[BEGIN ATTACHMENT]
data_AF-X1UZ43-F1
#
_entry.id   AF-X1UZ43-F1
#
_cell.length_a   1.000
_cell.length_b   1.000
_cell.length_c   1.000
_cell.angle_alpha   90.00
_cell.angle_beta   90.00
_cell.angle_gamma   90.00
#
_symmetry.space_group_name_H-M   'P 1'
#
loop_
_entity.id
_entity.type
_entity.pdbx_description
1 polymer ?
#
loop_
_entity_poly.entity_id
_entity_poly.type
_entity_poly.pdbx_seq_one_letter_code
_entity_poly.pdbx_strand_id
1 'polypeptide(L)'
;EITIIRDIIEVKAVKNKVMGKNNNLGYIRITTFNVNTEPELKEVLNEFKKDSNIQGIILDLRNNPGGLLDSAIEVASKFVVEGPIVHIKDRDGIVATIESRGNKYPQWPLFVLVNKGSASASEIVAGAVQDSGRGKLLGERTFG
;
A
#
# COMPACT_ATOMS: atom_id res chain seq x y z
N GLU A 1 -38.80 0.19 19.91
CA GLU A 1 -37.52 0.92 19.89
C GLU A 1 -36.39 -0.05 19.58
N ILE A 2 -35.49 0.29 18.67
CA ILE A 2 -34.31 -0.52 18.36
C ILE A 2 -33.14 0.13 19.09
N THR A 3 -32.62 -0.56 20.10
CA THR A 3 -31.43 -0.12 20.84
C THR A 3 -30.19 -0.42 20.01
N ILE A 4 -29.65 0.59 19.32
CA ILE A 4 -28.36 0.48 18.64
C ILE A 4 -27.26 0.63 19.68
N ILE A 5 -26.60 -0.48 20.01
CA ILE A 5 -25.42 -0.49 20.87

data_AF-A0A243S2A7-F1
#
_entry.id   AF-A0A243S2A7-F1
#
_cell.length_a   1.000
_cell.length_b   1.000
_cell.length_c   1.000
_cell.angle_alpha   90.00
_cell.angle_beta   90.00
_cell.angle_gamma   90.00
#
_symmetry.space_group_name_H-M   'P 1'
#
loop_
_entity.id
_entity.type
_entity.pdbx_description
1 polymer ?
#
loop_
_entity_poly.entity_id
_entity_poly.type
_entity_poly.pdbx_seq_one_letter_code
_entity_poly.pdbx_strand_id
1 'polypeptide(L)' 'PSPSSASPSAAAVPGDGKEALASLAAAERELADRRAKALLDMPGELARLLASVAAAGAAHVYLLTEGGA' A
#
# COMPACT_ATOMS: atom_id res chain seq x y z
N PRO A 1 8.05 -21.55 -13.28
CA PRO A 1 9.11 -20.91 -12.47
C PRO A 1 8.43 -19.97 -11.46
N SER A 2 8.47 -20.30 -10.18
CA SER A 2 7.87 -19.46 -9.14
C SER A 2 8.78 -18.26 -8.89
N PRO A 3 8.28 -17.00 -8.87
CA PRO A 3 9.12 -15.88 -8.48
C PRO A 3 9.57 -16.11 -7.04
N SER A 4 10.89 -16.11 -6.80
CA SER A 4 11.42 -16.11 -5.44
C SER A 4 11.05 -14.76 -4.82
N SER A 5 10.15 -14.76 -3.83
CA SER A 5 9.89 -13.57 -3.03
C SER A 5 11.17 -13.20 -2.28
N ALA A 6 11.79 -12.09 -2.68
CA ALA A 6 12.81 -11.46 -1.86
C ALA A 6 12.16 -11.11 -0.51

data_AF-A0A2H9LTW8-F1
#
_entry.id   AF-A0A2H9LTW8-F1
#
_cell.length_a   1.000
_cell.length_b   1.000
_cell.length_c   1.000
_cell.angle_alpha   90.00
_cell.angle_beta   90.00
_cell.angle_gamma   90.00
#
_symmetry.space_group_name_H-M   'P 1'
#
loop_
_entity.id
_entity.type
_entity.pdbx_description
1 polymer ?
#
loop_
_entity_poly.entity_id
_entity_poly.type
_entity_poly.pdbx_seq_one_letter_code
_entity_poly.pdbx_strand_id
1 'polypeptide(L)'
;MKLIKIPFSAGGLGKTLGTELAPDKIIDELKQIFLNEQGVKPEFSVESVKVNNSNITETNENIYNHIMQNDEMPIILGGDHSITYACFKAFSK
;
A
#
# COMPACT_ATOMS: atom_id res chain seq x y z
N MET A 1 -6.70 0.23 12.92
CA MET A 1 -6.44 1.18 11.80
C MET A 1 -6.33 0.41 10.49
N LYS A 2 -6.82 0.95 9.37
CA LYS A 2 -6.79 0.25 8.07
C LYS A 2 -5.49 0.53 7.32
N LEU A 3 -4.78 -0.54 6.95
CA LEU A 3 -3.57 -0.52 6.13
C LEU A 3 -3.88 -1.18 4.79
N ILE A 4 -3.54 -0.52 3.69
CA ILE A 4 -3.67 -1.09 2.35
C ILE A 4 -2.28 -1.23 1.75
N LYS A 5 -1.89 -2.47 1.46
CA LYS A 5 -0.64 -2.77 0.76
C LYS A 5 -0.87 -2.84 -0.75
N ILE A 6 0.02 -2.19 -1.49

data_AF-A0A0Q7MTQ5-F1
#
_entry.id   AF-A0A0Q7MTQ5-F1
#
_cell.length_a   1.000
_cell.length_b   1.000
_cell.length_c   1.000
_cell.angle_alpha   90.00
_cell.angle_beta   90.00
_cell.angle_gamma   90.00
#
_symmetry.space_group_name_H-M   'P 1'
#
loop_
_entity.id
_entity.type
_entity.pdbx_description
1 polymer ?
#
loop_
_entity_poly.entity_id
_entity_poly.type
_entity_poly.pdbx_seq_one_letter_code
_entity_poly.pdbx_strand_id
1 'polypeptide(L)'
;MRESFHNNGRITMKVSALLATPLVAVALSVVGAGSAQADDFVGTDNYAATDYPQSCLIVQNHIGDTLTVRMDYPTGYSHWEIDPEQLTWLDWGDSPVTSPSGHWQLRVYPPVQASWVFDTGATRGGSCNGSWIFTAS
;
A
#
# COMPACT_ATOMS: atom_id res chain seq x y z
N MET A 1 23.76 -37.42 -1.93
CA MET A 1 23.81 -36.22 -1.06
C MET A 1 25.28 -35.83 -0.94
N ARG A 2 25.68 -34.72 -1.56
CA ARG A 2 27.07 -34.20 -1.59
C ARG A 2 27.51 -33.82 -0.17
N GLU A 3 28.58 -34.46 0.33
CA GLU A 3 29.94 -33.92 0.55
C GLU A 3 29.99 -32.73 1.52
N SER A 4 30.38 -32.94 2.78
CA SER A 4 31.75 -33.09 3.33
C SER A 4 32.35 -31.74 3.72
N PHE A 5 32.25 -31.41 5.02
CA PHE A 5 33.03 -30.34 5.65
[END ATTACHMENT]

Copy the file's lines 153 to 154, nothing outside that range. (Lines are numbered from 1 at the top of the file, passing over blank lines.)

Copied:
1 polymer ?
#